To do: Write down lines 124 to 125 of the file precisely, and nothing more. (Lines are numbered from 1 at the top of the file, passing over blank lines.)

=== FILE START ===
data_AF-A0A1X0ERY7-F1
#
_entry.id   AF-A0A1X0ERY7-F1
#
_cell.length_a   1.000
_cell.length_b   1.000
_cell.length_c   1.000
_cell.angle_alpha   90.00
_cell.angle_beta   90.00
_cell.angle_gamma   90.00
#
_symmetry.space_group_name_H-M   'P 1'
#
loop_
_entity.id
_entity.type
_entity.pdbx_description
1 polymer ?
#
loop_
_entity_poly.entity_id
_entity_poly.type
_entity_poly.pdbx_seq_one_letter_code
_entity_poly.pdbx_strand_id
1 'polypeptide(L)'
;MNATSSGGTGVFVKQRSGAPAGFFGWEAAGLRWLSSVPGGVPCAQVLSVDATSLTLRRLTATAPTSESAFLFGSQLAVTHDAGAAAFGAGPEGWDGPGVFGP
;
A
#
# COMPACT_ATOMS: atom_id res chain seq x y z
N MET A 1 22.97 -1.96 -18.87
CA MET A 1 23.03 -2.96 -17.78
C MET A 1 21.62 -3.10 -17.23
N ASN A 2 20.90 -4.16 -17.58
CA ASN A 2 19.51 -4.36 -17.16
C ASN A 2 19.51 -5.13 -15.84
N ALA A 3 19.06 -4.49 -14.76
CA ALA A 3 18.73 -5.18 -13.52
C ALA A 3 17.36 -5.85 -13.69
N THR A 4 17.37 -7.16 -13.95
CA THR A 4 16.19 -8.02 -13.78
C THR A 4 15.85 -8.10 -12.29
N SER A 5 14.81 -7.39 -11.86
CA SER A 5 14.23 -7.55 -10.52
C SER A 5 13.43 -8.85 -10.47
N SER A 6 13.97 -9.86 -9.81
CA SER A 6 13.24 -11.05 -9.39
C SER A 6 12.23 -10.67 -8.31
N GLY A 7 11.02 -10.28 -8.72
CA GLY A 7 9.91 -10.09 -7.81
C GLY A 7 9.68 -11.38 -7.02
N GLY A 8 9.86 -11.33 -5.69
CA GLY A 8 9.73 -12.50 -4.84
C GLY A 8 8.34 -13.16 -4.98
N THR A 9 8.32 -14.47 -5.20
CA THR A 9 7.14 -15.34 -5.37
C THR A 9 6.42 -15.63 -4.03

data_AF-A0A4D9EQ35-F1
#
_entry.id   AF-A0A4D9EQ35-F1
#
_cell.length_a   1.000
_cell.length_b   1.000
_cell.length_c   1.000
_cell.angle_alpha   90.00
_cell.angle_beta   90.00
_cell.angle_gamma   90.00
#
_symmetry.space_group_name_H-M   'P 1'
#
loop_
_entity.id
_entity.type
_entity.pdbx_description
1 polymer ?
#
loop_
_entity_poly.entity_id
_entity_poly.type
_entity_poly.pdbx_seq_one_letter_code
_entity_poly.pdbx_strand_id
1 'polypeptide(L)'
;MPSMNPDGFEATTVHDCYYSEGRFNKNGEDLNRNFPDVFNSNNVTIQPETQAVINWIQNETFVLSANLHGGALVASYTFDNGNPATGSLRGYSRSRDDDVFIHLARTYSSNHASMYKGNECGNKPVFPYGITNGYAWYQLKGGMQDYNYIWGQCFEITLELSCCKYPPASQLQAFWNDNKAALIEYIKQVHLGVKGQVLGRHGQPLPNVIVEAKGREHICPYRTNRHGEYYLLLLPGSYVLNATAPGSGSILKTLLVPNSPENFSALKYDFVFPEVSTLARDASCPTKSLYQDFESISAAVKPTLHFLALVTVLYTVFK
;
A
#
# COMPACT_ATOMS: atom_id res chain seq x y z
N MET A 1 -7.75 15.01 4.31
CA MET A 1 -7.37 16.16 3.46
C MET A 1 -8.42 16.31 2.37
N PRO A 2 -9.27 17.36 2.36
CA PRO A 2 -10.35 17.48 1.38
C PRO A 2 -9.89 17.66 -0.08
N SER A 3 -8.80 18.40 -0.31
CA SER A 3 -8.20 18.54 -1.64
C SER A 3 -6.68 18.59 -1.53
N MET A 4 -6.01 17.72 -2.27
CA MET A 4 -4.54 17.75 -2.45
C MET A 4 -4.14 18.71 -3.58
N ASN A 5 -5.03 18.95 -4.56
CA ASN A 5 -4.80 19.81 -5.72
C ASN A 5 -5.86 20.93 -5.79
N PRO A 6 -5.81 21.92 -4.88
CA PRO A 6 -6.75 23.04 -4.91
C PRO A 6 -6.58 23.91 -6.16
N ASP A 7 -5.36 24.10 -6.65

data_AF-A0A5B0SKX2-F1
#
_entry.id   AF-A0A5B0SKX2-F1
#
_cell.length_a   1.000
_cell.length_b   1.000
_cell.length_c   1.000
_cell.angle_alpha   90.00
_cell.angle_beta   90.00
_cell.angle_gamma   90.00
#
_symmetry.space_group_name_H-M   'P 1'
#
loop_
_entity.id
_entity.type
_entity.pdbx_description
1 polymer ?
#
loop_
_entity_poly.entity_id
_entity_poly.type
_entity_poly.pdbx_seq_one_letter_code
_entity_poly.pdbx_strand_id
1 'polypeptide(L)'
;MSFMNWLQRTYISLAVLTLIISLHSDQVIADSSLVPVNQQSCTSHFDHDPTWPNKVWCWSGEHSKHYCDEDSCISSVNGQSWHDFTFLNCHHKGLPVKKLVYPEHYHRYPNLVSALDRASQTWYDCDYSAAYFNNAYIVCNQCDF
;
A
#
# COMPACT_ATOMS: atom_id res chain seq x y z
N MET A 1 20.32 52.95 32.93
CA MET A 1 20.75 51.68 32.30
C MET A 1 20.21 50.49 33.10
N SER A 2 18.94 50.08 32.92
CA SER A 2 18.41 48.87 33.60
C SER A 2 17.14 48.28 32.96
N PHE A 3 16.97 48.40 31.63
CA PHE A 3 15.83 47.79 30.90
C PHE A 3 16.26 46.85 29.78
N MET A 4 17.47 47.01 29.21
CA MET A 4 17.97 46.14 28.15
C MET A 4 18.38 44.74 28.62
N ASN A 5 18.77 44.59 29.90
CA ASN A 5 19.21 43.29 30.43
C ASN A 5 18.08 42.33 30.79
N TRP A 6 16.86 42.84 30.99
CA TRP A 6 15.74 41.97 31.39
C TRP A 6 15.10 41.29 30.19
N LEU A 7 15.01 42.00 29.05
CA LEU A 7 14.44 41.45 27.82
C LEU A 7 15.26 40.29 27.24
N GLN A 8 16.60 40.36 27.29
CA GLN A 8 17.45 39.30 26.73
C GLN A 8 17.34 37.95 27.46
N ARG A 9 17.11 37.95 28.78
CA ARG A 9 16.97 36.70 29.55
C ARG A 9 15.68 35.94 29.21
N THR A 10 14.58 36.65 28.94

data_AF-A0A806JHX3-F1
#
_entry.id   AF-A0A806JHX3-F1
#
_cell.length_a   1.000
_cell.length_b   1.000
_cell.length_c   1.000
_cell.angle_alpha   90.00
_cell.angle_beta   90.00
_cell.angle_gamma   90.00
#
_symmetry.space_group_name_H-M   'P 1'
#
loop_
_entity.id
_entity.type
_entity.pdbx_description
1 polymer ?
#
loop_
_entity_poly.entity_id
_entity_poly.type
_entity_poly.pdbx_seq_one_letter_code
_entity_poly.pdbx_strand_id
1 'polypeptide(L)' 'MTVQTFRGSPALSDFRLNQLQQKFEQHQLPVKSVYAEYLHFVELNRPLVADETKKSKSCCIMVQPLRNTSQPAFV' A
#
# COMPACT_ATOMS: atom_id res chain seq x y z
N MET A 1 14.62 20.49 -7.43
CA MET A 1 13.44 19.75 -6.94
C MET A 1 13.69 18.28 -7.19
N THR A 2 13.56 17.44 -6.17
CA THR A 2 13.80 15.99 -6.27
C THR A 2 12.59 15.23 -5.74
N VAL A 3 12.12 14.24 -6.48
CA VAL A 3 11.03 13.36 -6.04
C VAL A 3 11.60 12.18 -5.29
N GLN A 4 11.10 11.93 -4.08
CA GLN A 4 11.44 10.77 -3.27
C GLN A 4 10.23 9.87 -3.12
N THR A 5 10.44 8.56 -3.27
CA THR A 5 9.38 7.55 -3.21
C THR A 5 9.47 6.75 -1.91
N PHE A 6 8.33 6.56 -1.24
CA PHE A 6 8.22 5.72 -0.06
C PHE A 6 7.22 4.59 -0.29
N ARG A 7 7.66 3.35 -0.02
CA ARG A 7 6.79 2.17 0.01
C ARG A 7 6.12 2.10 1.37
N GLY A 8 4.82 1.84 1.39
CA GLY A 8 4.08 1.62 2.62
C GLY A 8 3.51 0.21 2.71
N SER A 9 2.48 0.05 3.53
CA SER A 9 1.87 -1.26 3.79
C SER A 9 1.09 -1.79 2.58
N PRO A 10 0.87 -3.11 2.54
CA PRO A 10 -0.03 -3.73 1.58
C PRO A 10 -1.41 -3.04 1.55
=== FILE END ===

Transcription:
1 polymer ?
#